Robert Hansen’s Super Cub held the promise of taking his victims deeper into the bush, to places no vehicle could reach. What he wanted — needed — more than anything were spots far from prying eyes. Rapes and murders were not acts for others to witness.
Having already had close calls with his vehicles — getting stuck in the bush was always a risk, as were rebellious victims — his switch to the airplane proved to have its own set of challenges (as Cindy Paulson’s escape ultimately proved). During his confession, he walked authorities through the ritual of getting his victims into the plane. More often than not, it worked.
[Transcript lightly edited for clarity]
Robert Hansen’s Confession: Into the Airplane (audio)
RH: I walked around her side of the car, opened her door and got her up and turned around out on the seat. [Then I took her] around behind the wing strut — and she’s still handcuffed behind, you know. I grab her by the arms and let her put her feet up on the step and walk her feet on in and then she sits down. Once she’s inside — again she’s pretty much confined, can’t move.
Cindy Paulson never got this far. She was lucky.
Then again there’s a period there where I have to go back out and get in my car and just move it fifteen feet. You know, I told her what I’m going to do, you know, that I’m going to be watching you, you start getting out of the airplane, please don’t do it because I don’t want a bunch of holes in the side of airplane, where I have to shoot you through the side of the airplane, you know. I said something to that effect to them always. And ah, she and the other two just sat there boy, didn’t even blink an eye…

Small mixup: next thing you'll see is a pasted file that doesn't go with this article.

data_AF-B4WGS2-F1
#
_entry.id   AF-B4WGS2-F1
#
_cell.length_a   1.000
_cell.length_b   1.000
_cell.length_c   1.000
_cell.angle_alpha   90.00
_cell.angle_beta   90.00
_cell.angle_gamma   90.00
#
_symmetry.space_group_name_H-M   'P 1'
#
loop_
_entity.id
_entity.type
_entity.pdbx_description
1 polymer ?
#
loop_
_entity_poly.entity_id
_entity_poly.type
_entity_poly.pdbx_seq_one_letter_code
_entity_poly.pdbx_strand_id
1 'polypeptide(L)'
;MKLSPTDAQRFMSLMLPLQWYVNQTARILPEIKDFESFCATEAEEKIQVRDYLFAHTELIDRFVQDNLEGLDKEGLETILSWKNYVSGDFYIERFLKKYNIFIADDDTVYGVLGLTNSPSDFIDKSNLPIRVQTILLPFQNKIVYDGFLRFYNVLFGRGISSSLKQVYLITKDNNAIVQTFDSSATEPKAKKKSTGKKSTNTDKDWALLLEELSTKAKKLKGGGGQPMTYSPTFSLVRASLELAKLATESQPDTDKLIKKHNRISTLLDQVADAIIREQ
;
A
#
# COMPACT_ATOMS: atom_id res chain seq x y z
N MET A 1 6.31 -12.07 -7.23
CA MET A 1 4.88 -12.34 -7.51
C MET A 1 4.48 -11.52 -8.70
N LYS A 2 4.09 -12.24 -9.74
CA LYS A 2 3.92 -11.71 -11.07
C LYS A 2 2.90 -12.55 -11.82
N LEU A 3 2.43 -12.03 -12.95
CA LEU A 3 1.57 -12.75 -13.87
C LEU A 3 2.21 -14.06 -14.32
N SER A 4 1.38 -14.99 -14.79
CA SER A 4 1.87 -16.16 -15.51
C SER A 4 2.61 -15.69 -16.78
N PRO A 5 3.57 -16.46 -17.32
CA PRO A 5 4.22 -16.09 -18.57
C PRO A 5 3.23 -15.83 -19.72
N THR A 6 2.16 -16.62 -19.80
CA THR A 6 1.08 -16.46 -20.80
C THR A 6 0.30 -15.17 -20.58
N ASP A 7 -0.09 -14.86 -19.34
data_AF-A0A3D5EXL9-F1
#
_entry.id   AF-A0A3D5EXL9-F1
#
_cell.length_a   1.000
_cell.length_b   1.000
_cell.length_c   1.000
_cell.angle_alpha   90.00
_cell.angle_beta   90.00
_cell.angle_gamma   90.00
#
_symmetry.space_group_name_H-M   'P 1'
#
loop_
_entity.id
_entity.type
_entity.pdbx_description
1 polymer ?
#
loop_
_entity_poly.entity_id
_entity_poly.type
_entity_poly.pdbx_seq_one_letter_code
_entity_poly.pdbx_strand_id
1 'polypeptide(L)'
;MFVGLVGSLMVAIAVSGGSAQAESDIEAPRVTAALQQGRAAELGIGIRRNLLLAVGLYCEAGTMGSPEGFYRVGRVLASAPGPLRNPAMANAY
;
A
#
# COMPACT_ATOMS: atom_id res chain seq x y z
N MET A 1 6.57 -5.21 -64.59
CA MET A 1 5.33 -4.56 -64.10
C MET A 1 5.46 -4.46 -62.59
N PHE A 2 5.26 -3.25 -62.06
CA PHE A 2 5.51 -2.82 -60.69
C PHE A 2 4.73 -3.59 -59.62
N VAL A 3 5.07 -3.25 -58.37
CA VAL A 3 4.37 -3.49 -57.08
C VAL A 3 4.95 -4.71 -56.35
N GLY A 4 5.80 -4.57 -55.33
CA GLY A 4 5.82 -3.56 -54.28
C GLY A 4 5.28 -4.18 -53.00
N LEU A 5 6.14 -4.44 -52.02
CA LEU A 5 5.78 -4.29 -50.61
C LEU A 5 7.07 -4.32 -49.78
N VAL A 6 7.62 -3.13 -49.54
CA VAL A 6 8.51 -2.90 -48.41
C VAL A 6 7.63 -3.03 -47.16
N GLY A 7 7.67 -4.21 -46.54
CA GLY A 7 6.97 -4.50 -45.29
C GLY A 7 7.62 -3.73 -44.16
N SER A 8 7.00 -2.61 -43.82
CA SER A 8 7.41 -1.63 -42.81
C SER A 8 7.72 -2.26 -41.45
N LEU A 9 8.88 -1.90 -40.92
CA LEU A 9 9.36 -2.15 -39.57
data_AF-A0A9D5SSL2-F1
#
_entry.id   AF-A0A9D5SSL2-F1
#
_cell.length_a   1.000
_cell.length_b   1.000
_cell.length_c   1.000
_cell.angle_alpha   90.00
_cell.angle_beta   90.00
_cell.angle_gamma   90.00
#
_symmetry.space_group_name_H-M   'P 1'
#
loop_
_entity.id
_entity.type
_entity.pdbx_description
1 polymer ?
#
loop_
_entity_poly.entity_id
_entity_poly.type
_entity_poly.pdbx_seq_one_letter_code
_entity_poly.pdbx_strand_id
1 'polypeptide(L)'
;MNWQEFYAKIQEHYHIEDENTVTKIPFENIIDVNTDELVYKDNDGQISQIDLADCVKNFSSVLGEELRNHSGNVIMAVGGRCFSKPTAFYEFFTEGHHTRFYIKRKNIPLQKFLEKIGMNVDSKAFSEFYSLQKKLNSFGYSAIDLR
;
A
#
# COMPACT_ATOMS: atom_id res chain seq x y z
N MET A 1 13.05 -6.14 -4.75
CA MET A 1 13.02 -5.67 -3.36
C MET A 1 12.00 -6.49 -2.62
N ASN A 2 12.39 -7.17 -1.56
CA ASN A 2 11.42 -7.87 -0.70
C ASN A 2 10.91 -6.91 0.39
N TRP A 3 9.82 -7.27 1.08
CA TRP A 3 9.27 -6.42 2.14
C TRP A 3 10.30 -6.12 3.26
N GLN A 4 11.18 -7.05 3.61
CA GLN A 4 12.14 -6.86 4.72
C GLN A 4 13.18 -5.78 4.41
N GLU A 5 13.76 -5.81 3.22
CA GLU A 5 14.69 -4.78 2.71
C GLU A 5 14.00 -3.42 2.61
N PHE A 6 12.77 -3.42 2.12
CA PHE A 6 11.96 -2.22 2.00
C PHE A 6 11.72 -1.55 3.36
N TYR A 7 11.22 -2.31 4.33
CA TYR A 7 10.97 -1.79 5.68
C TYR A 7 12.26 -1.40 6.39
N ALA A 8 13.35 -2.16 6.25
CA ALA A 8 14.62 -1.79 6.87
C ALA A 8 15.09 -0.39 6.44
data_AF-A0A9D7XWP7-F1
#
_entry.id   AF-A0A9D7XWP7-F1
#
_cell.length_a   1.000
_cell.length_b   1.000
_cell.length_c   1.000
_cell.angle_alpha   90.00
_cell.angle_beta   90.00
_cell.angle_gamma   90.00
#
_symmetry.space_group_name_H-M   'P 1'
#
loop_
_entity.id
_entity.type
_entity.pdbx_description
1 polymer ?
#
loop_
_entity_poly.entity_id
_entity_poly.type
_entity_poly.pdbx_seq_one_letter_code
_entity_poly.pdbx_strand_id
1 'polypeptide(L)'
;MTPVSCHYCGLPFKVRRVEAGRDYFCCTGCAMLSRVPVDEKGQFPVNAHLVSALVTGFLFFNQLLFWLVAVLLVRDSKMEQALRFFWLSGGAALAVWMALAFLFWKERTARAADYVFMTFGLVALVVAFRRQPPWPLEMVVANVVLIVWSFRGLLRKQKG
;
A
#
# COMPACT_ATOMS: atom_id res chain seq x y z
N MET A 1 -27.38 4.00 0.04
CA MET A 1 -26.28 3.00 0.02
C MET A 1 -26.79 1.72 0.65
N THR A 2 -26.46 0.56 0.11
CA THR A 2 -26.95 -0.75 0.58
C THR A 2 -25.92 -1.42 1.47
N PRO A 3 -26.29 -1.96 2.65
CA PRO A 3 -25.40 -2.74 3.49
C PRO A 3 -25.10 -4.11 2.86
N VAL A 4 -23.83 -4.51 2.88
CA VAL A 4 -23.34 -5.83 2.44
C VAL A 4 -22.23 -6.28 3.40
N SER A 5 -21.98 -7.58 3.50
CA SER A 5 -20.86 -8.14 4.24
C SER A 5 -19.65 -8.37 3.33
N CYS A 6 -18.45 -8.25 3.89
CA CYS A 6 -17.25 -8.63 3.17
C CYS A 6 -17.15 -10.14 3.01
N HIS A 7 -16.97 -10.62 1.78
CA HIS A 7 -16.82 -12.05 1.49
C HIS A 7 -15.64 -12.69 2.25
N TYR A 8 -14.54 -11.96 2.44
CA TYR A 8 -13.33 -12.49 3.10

The trick was to quickly get the Super Cub into the air, so the tower didn’t see Hansen’s tail number or identify his plane.
I would pick the airplane up, and you know, a hundred feet so, my gosh, I was — like if I took off — I took off on six going out, you know, or two-four… I’d be a thousand feet in the air by the time I reached the tower. I mean, I was way above it. If I want to pull it back, you know, I can break around and almost stand it on the nose, you know.
[Then] you swing around and go on north. I got out of there, you know.
Robert Hansen’s Super Cub (Anchorage Times)
GF: How in the world did you control them in the airplane? I would think you being up front, and them in the back, I’d be petrified they’d grab me by the neck of something?
RH: No, no, no, no, they were hand cuffed in the airplane, plus, once I get the damn thing off the ground, I don’t care if they screamed, yelled or fussed, what the hell could they do in the airplane, they are sitting in the back of the airplane, I don’t suppose any one of them can fly but there’s no controls in the back of the airplane anyway.
GF: You weren’t nervous they were behind you?
RH: Well, I, you know, I’m not saying I wasn’t concerned about it but I’m saying that that was, I thought, a hell of a lot safer than in the car.
VK: How did you get them not to scream when you went to Merill Field. You know there were a lot of airplanes there.
RH: It just never happened.
GF: You just had them under control.
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